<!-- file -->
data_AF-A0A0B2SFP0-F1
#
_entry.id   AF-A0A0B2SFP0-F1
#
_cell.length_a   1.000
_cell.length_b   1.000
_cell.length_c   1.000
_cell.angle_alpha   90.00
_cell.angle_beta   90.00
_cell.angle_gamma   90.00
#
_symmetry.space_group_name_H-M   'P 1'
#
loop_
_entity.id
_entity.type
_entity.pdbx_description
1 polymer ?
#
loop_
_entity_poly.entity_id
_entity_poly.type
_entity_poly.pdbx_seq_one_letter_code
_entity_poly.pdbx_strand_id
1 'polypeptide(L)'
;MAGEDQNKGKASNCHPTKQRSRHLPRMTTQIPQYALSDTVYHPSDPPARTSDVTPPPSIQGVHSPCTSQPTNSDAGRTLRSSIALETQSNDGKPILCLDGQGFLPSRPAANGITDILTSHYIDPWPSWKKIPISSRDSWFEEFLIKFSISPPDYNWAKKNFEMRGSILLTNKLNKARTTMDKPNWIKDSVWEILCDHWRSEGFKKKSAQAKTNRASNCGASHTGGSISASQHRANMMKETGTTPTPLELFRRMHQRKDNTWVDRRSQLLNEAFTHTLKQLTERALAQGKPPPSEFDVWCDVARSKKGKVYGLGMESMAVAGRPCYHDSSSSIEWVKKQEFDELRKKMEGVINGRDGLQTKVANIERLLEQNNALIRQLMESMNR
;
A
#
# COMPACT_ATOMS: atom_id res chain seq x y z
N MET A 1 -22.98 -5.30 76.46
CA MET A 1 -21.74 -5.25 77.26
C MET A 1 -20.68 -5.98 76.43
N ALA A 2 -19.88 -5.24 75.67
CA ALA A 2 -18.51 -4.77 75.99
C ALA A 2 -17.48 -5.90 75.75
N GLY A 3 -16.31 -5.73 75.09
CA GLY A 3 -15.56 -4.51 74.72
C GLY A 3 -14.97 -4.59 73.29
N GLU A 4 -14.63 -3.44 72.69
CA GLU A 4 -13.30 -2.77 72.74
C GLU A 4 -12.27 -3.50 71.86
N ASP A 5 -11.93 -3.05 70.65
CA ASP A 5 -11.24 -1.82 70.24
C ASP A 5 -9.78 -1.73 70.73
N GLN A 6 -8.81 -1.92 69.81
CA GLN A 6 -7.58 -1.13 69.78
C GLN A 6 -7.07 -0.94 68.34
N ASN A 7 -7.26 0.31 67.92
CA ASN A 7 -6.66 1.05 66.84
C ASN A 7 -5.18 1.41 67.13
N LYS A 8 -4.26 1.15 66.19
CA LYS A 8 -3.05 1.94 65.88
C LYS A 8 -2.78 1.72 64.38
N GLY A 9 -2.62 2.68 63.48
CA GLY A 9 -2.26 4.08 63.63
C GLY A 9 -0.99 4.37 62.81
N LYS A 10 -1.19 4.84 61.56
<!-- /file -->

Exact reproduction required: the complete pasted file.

data_AF-A0A0B2SFP0-F1
#
_entry.id   AF-A0A0B2SFP0-F1
#
_cell.length_a   1.000
_cell.length_b   1.000
_cell.length_c   1.000
_cell.angle_alpha   90.00
_cell.angle_beta   90.00
_cell.angle_gamma   90.00
#
_symmetry.space_group_name_H-M   'P 1'
#
loop_
_entity.id
_entity.type
_entity.pdbx_description
1 polymer ?
#
loop_
_entity_poly.entity_id
_entity_poly.type
_entity_poly.pdbx_seq_one_letter_code
_entity_poly.pdbx_strand_id
1 'polypeptide(L)'
;MAGEDQNKGKASNCHPTKQRSRHLPRMTTQIPQYALSDTVYHPSDPPARTSDVTPPPSIQGVHSPCTSQPTNSDAGRTLRSSIALETQSNDGKPILCLDGQGFLPSRPAANGITDILTSHYIDPWPSWKKIPISSRDSWFEEFLIKFSISPPDYNWAKKNFEMRGSILLTNKLNKARTTMDKPNWIKDSVWEILCDHWRSEGFKKKSAQAKTNRASNCGASHTGGSISASQHRANMMKETGTTPTPLELFRRMHQRKDNTWVDRRSQLLNEAFTHTLKQLTERALAQGKPPPSEFDVWCDVARSKKGKVYGLGMESMAVAGRPCYHDSSSSIEWVKKQEFDELRKKMEGVINGRDGLQTKVANIERLLEQNNALIRQLMESMNR
;
A
#
# COMPACT_ATOMS: atom_id res chain seq x y z
N MET A 1 -22.98 -5.30 76.46
CA MET A 1 -21.74 -5.25 77.26
C MET A 1 -20.68 -5.98 76.43
N ALA A 2 -19.88 -5.24 75.67
CA ALA A 2 -18.51 -4.77 75.99
C ALA A 2 -17.48 -5.90 75.75
N GLY A 3 -16.31 -5.73 75.09
CA GLY A 3 -15.56 -4.51 74.72
C GLY A 3 -14.97 -4.59 73.29
N GLU A 4 -14.63 -3.44 72.69
CA GLU A 4 -13.30 -2.77 72.74
C GLU A 4 -12.27 -3.50 71.86
N ASP A 5 -11.93 -3.05 70.65
CA ASP A 5 -11.24 -1.82 70.24
C ASP A 5 -9.78 -1.73 70.73
N GLN A 6 -8.81 -1.92 69.81
CA GLN A 6 -7.58 -1.13 69.78
C GLN A 6 -7.07 -0.94 68.34
N ASN A 7 -7.26 0.31 67.92
CA ASN A 7 -6.66 1.05 66.84
C ASN A 7 -5.18 1.41 67.13
N LYS A 8 -4.26 1.15 66.19
CA LYS A 8 -3.05 1.94 65.88
C LYS A 8 -2.78 1.72 64.38
N GLY A 9 -2.62 2.68 63.48
CA GLY A 9 -2.26 4.08 63.63
C GLY A 9 -0.99 4.37 62.81
N LYS A 10 -1.19 4.84 61.56